Park City • With rolling hills behind them befitting a David Lean film, officials held a ceremony Tuesday to break ground on a new $125 million film studio that will include soundstages, a film school, a hotel and even a guitar museum.
"Park City is becoming a major area for film connection," said studio president Greg Ericksen. "A lot of deals are made in Park City. It used to be just during Sundance. Now it will be all year round."
Park City Film Studios
What is it » A 374,000-square-foot movie studio that will include three soundstages, digital media offices, special effects stages, restaurants, a hotel and a film school.
Where is it » Off of U.S. 40 near the east entrance into Park City.
Who owns it » The $125-million studio is being financed by local attorney Greg Ericksen as well as a team of private Chinese investors.
Completion » The first phase, the soundstages, will be finished in the fall of 2014. The rest is expected to be completed in 2016 or 2017.
In addition to Erickson, members of the Governor’s Office of Economic Development and the Utah Film Commission were on hand for the start of construction on the 374,000-square-foot Park City Film Studios, which will be located off U.S. 40 on the east side of Park City.
Marshall Moore, executive director of the Utah Film Commission, rattled off a number of big-budget films that were made in the state recently, including "John Carter," "The Lone Ranger," and "After Earth," and "any one of those productions could have used a facility like this," he said.
The studio will be comprised of three cores: soundstages to shoot motion pictures, television shows and commercials; a film school in partnership with Utah Valley University; and a retail component that will include the museum, restaurants and a 100-room hotel.
The studio also will stress the most advanced technology in digital filmmaking to help contain the cost of making movies and to wow audiences with the latest in special effects.
Ericksen turned to a digital company, EMM Technology, to outfit the studio with the software, hardware and services necessary to create movie magic. EMM, which originated in Virginia, is relocating to Park City to work with the studio.
"It’s essential, and it is growing," Larry D. Cox, chief operating officer for EMM, said about the role of digital filmmaking in Hollywood. "You don’t have to capture and recapture scenes anymore. You can create the scenes or capture them once and use them again in a variety of ways. But the real beauty of it is in time management and control of costs. If you don’t have to fly armies of actors and support teams out to a location; you can save millions."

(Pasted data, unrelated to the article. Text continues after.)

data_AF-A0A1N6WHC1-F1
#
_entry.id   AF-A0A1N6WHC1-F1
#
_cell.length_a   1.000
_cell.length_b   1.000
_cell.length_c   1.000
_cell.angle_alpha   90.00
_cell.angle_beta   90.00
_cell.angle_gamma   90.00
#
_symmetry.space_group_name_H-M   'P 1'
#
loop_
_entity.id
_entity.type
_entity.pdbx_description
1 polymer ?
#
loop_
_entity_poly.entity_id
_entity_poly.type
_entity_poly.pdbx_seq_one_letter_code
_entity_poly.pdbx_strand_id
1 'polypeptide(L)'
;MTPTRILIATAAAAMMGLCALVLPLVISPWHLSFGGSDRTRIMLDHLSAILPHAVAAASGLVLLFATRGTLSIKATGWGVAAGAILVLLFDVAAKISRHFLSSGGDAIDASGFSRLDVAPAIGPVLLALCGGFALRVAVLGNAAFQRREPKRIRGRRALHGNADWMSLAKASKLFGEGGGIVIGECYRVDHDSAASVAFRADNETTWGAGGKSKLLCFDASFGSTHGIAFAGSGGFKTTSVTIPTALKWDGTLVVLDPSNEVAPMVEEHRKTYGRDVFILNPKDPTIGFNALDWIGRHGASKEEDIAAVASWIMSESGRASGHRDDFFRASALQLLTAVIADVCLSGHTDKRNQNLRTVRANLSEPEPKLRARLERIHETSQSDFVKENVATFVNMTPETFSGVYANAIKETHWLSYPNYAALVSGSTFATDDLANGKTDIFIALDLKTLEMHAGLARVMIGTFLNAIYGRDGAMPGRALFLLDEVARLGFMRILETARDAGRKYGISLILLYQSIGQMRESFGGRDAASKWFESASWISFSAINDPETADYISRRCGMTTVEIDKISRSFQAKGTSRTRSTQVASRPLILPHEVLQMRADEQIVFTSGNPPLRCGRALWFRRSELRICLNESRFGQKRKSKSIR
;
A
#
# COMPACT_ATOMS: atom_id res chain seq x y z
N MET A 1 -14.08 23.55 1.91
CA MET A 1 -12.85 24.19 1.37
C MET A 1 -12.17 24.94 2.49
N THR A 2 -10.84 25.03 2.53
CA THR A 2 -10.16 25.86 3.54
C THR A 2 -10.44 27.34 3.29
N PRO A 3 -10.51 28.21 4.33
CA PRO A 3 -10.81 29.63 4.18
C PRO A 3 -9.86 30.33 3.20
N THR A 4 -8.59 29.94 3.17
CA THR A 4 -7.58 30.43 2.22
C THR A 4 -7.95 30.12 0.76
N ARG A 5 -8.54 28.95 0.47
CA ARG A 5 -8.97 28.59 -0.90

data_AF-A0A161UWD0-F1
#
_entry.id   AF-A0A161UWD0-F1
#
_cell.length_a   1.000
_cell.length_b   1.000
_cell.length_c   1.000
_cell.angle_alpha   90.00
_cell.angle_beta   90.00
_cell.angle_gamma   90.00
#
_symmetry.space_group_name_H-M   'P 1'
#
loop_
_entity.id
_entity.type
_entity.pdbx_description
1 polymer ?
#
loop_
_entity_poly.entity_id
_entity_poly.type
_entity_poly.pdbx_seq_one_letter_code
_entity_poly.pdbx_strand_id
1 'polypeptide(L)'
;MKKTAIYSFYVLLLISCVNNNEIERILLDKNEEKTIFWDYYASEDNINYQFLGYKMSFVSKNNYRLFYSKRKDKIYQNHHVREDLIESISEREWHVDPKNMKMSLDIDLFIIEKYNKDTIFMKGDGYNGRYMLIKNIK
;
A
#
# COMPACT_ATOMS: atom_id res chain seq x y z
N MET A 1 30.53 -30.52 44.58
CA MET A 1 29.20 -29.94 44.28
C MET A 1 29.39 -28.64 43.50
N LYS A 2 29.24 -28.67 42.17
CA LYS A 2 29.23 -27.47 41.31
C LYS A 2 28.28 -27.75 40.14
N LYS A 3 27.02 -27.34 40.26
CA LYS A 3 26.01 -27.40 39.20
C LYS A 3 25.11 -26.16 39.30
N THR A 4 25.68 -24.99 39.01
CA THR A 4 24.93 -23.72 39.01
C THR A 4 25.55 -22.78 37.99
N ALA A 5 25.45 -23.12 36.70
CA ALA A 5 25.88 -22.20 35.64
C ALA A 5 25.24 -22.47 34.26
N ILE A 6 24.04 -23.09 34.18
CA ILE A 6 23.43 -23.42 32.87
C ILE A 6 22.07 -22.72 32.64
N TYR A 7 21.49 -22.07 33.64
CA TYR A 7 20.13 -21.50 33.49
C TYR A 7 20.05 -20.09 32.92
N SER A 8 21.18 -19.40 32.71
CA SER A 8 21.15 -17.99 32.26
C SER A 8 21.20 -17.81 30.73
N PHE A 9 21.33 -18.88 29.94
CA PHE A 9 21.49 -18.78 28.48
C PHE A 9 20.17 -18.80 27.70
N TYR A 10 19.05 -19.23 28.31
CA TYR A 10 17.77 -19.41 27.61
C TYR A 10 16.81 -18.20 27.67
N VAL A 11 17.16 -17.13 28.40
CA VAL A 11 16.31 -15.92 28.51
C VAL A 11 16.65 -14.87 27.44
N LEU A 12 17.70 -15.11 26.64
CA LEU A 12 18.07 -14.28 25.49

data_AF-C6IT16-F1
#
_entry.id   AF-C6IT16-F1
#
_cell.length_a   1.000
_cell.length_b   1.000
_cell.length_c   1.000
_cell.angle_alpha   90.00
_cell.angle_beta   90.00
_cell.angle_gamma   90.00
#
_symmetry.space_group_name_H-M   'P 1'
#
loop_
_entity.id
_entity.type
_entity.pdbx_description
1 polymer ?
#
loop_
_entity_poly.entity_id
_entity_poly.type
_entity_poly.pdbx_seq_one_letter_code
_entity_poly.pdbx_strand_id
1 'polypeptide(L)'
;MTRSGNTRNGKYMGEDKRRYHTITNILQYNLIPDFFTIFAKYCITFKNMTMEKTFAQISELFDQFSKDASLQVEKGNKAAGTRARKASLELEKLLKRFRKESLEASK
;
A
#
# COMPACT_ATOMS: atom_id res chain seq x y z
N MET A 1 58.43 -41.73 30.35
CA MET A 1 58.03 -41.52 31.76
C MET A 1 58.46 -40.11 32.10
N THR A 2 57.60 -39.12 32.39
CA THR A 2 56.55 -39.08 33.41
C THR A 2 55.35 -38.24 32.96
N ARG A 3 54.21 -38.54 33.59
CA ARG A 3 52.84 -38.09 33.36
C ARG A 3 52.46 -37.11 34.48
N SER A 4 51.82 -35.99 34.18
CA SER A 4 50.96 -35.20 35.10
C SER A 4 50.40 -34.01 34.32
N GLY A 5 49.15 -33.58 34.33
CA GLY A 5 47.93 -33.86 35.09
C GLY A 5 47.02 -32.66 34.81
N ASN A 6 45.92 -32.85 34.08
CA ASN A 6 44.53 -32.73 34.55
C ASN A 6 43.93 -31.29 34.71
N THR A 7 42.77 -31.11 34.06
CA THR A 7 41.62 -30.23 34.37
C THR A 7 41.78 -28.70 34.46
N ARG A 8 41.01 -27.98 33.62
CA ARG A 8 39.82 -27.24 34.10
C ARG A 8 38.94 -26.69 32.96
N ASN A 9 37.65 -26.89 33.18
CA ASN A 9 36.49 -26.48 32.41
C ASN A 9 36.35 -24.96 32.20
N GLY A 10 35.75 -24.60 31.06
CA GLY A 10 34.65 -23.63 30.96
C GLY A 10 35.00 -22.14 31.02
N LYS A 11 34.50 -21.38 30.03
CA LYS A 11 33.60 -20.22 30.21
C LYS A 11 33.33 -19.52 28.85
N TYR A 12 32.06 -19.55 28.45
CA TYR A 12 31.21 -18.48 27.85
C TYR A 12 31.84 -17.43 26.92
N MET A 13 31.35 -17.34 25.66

Citing the Oscar-winning film, "Life of Pi," as an example of digital filmmaking that will improve and become less costly over time, so "if you could reduce the time required to make such an excellent, sophisticated movie as that from four years to three years … to months, imagine the savings in time costs and studio energy."
Ericksen has partnered with Orem’s UVU to create a curriculum in digital media for the studio’s school, which not only will provide classes and internships for local students but also for students from abroad.
"We believe that this will be a partnership that will be successful for many years to come," said Michael Savoie, UVU’s dean of the College of Technology and Computing.
The campus is being financed by Ericksen — his family are owners of Orbit Irrigation in North Salt Lake — and a series of private investors from China. He said the Chinese film industry is interested in learning more about western techniques in filmmaking.
Ericksen, who is an intellectual property attorney in Davis County, has always been interested in the entertainment industry and represented some of the local talent that have appeared on the hit television show "American Idol." It was while making some videos for the syndicated version of that show that he became interested in more filmmaking, he said.
"I really enjoyed it and came back to Utah and was contacted by a company that was looking for a motion picture studio in Utah, and they thought the only place that it would be viable in would be in Park City."
The construction on the first phase of the studio, the soundstages, will be completed in the fall of 2014. The rest should be finished sometime in 2016 or 2017, Ericksen said. He also is negotiating with a national chain to build the hotel.
The film commission’s Moore acknowledged that once the studio is completed, it might be difficult to get enough film projects to keep the soundstages operating year round.
The state has a film incentive program that offers up to a 25 percent tax credit to filmmakers if they make their movie in Utah. But the state has only allocated $6.8 million per year for the program, and he said that’s not enough to attract productions to keep cameras rolling all year.
"What we’re going to have to do in the future is — once they build this studio and see that there is this facility here — we’re going to have to see if there is a way to raise that cap so we can attract a TV series and big-budget features here," Moore said.
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